ENV200 Chapter 5 Notes

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Department
School of Environment
Course
ENV200H1
Professor
Romila Verma
Semester
Winter

Description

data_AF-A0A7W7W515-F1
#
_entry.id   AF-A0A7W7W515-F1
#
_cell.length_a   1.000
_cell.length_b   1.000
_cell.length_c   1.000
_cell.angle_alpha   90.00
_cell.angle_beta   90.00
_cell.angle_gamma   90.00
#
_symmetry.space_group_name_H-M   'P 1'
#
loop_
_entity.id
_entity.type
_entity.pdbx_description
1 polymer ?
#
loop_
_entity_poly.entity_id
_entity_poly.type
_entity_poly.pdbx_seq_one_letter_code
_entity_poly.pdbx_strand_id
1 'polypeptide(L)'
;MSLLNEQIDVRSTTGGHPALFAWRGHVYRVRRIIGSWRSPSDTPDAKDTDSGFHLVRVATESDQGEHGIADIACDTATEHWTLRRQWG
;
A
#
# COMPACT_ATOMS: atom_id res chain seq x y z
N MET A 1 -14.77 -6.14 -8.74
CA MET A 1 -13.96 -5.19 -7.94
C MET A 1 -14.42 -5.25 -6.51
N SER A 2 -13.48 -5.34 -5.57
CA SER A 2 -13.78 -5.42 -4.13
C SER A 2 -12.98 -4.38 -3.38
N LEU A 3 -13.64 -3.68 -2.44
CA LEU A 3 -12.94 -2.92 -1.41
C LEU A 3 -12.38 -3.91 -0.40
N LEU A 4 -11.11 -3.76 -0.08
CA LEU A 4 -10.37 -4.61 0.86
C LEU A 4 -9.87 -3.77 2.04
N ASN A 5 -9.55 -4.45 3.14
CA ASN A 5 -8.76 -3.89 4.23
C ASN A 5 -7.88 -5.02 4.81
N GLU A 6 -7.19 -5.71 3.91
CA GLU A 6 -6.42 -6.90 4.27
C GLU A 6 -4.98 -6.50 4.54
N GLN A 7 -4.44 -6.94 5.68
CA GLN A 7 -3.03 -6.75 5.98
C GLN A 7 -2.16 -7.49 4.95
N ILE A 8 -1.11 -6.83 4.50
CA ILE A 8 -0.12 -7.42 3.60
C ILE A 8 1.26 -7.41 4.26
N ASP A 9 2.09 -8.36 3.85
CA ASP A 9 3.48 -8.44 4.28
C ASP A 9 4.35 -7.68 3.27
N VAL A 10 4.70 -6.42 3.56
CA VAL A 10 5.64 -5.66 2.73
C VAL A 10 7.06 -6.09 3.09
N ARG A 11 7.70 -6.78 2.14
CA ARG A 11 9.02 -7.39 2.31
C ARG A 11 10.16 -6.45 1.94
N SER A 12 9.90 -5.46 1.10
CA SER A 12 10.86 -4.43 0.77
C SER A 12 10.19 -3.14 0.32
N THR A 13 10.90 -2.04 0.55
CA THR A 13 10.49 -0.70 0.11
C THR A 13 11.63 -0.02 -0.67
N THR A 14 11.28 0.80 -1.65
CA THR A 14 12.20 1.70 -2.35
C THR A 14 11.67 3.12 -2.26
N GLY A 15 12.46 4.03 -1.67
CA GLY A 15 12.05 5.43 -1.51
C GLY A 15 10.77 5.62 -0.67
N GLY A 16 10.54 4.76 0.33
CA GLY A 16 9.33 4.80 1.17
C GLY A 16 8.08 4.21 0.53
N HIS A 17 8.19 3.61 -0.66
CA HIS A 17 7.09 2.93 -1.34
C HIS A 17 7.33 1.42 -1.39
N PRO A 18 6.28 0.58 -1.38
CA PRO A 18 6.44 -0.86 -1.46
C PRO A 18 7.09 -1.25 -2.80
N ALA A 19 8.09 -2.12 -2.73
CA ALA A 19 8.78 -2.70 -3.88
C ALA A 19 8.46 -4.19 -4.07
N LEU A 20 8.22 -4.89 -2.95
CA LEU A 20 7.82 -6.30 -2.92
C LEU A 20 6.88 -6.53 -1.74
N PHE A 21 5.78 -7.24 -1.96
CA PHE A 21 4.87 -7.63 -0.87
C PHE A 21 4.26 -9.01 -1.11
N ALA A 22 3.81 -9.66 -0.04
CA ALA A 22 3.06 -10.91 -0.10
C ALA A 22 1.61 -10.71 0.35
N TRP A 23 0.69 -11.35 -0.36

CHAPTER 5 – BIOMES AND BIODIVERSITY [5.1] TERRESTRIAL BIOMES ­ Biomes = large biological communities; broad, regional types of ecosystems o Classified according to average annual temperature and precipitation (rainfall and snowfall) o Characterized by biodiversity ­ Biodiversity = the number and variety of different biological species that live in each biome o Create much of the structure and functions of an ecosystem o Generate emergent properties:  Productivity = the rate at which plants produce biomass  Varies from warm to cold climates, and from wet to dry environments  Homeostasis = stability  Depends on biodiversity and productivity  Resilience = the ability to recover from disturbance  Depends on biodiversity and productivity ­ There are 9 major biome types, which can be further divided into smaller classes o Many temperature controlled biomes occur in latitudinal bands  E.g., tropical forests occur near the equator  E.g., expansive grasslands occur near or beyond the tropics o Some biomes are named for their latitudes  E.g., tropical rainforests occur between Tropic of Cancer and Tropic of Capricorn  E.g., arctic tundra lies near or above the Arctic Circle ­ Temperature and precipitation change with elevation and latitude o Vertical zonation = vegetation zones defined by altitude ­ Understanding climate graphs o Moisture availability depends on temperature and precipitation o Evaporation depends on temperature o When evaporation (or temperature) exceeds precipitation, then dry climates o When precipitation exceeds evaporation (or temperature), then moist climates Tropical moist forests are warm and wet year-round ­ Cloud forests = occur high in the mountains where fog and mist keep vegetation wet all the time ­ Tropical rainforests = occur where rainfall is abundant and temperatures are warm to hot year-round ­ One of the most complex and biologically rich biome types in the world ­ Ample rainfall and uniform temperatures ­ Soil tends to be thin, acidic, and nutrient-poor ­ Distinctive nutrient cycles o About 90% of all the nutrients are contained in the bodies of the living organisms o Rapid decomposition, recycling, and incorporation of dead organic material immediately back into living biomass Tropical seasonal forests have annual dry seasons ­ Distinct wet and dry seasons ­ Year-round hot temperatures ­ Often open woodlands that grade into savannas ­ Tropical seasonal forests = drought-tolerant forests that look brown and dormant in the dry season but burst into vivid green during rainy months o Dry much of the year, but periodic rain to support plant growth o Many of the trees and shrubs in a seasonal forest are drought-deciduous o Drought-deciduous = lose leaves and cease growing when no water is available ­ More attractive than tropical moist forests for human habitation o More degradation due to settlement o Fewer insects, parasites, and fungal diseases o Healthier place for humans to live ­ Soil has higher nutrient levels and is more agriculturally productive (compared to tropical moist forests) ­ Highly endangered Tropical savannas and grasslands are dry most of the year ­ Savannas = open grasslands or grasslands with sparse tree cover ­ Annual drought and rainy seasons ­ Year-round warm temperatures ­ Rainy season is less abundant than in a forest (e.g., too little rainfall to support forests) ­ During dry seasons, fires can sweep across a grassland o Killing off young trees o Keeping the landscape open ­ Many adaptations to survive drought, heat, and fires o Deep, long-lived roots  Seek groundwater  Persist when leaves and stems above the ground die ­ After a fire or drought, fresh green shoots grow quickly from the roots o Susceptible to grazing pressure from domestic livestock Deserts are hot or cold, but always dry ­ Precipitation is sporadic and low ­ Vegetation is sparse, but can be diverse ­ Most plants and animals are adapted to survive long droughts, extreme heat, and often extreme cold o Water-storing leaves and stems o Thick epidermal layers to reduce water loss o Salt tolerance ­ Many plants are drought-deciduous ­ Most desert plants bloom and set seed quickly after rainfall ­ Warm, dry, high-pressure climate conditions o Desert regions = occur at about 30° north and south o Extensive deserts = occur in continental interiors (rain is rare; evaporation rates are high) ­ Many animals are specially adapted o Nocturnal o Get moisture from seeds and plants o Highly concentrated urine and nearly dry feces to eliminate body waste without losing moisture ­ Sparse, slow-growing vegetation is quickly damaged by off-road vehicles ­ Soils recover slowly ­ Vulnerable to overgrazing o Livestock are destroying much of the plant cover o Bare, dry soil becomes drifting sand  Without plant roots and organic matter  Soil loses its ability to retain what rain does fall  Land becomes progressively drier and more bare o Restabilization is extremely difficult Temperate grasslands have rich soils ­ Occur at mid-latitudes on all continents ­ Enough rain to support abundant grass but not enough for forests ­ Extreme temperatures, dry conditions, and periodic fires ­ High plant and animal diversity ­ Complex, diverse mix of grasses and forbs (flowering herbaceous plants) ­ Deep roots help to survive drought, fire, and extreme heat and cold ­ Deep roots, together with an annual winter accumulation of dead leaves on the surface, produce thick, organic-rich soils ­ Many have been converted to farmland ­ Vulnerable to overgrazing o Excessive grazing eventually kills even deep-rooted plants o As ground cover dies off, soil erosion results, and unpalatable weeds spread Temperate scrublands have summer drought ­ Dry environments ­ Shrubs, trees, and grass are drought-adapted ­ Very biologically rich ­ Mediterranean climate = hot season coincides with the dry season to produce hot, dry summers and cool, moist winters ­ Evergreen shrubs = small, leathery, sclerophyllous (hard, waxy) leaves that form dense thickets ­ Scrub oaks, drought-resistant pines, or other small trees cluster in sheltered valleys ­ Periodic fires ­ Chaparral = annual spring flowers often bloom profusely, especially after fires ­ Many animals are drought-tolerant ­ Does not cover a very large total area ­ Contains a high number of unique species ­ Considered a “hot-spot” for biodiversity ­ Highly desired for human habitation Temperate forests can be evergreen or deciduous ­ Wide range of precipitation conditions ­ Occur mainly between about 30° and 55° latitude ­ Nutrients are held within the soil and made available for new plant growth ­ Deciduous forests = broad-leaved trees that lose their leaves in the winter (e.g., maples, birch, aspen, alder) o Year-round precipitation o Winters near or below freezing o Rainfall is plentiful o Loss of green chlorophyll pigments in autumn o Dense canopy in summer o Diverse understory in spring  Spring ephemeral (short-lived) plants produce lovely flowers  Vernal (springtime) pools support amphibians and insects  Shelter a great diversity of songbirds o Most of the eastern deciduous forests were cut for firewood, lumber, and industrial uses, and cleared for farmland when European settlers first came to North America  Many of these regions have now returned to deciduous forest, but the dominant species may have changed o Moist, moderate climates o Able to regrow quickly o Human impacts are extensive (e.g., deforestation)  Most native species are somewhat threatened ­ Coniferous forests = evergreen, cone-bearing trees (e.g., pines, hemlocks, spruce, cedar, fir) o Occur in a wide range of environmental conditions o Occur where moisture is limited  In cold climates, moisture is unavailable (frozen) in winter  In hot climates, there are seasonal droughts  Sandy soils hold little moisture and often occupied by conifers o Thin, waxy leaves (needles) help these trees reduce moisture loss o Provide most wood products in North America and other regions o Temperate rainforests = coastal forests that grow in extremely wet conditions  Cool, rainy forest often enshrouded in fog o Leaf drip = condensation in the canopy  Major form of precipitation in the understory o Year-round mild temperatures o Abundant but often seasonal precipitation o Often experience dry summers o Able to survive winter cold o Dominate the boreal forests, or the northern forests o Slow-growing  Cold temperatures  Short frost-free growing season  Moderate precipitation o Trees are cold-tolerant and drought-tolerant o Favorite places for hunting, fishing, recreation, and extractive resource use o Taiga = the extreme, ragged edge of the boreal forest, where forest gradually gives way to open tundra  Extreme cold and short summer limits the growth rate of trees Tundra can freeze in any month ­ Year-round below freezing temperatures ­ Only small, hardy vegetation can survive ­ Tundra = treeless landscape o Occurs at high latitudes or on mountaintops o Growing season of only two to three months o May have frost any month of the year ­ Considered a variant of grasslands because it has no trees ­ Considered a very cold desert because water is unavailable (frozen) most of the year ­ Plant diversity is relatively low ­ Frost can occur in summer ­ Too cold for most human activities ­ Not as badly threatened as other biomes ­ Problems o Global climate change may be altering the balance of some tundra ecosystems o Air pollution from distant cities tends to accumulate at high latitudes o Overabundant populations of snow geese threatens costal tundra in eastern Canada o Oil and gas drilling threatens tundra in Alaska and Siberia ­ Arctic tundra = short growing season and low productivity o During midsummer, 24-hour sunshine supports a burst of plant growth and insect life o Birds migrate to the Arctic every year  Feast on the abundant invertebrate and plant life  Raise their young  Carry energy and protein from high latitudes to low latitudes o Essential for global biodiversity, especially for birds ­ Alpine tundra = occur on or near mountaintops o Environmental conditions and vegetation similar to arctic tundra o Short, intense growing season o Everything must flower at once in order to produce seeds in a few weeks before snow arrives o Many plants have deep pigmentation and leathery leaves to protect against UV light [5.2] MARINE ENVIRONMENTS ­ Biological communities in oceans and seas are poorly understood, but are probably as diverse and complex as terrestrial biomes ­ Most marine communities depend on photosynthetic organisms, like land-based systems o Algae or phytoplankton support the marine food web, rather than trees and grasses  Phytoplankton = tiny, free-floating photosynthetic plants o Photosynthetic activity tends to be greatest near coastlines, where nitrogen, phosphorus, and other nutrients wash offshore and fertilize primary producers o Ocean currents contribute to the distribution of biological productivity Open ocean communities vary from surface to hadal zone ­ Ocean systems can be described by depth and proximity to shore o Littoral zones = shoreline environment  Intertidal zone = area exposed to low tides o Pelagic zones = water column; surface of ocean  Epipelagic zone  Has photosynthetic organisms  Mesopelagic zone  Bathypelagic zone o Benthic zones = bottom of the ocean  Abyssal zone  Hadal zone o Continental shelf =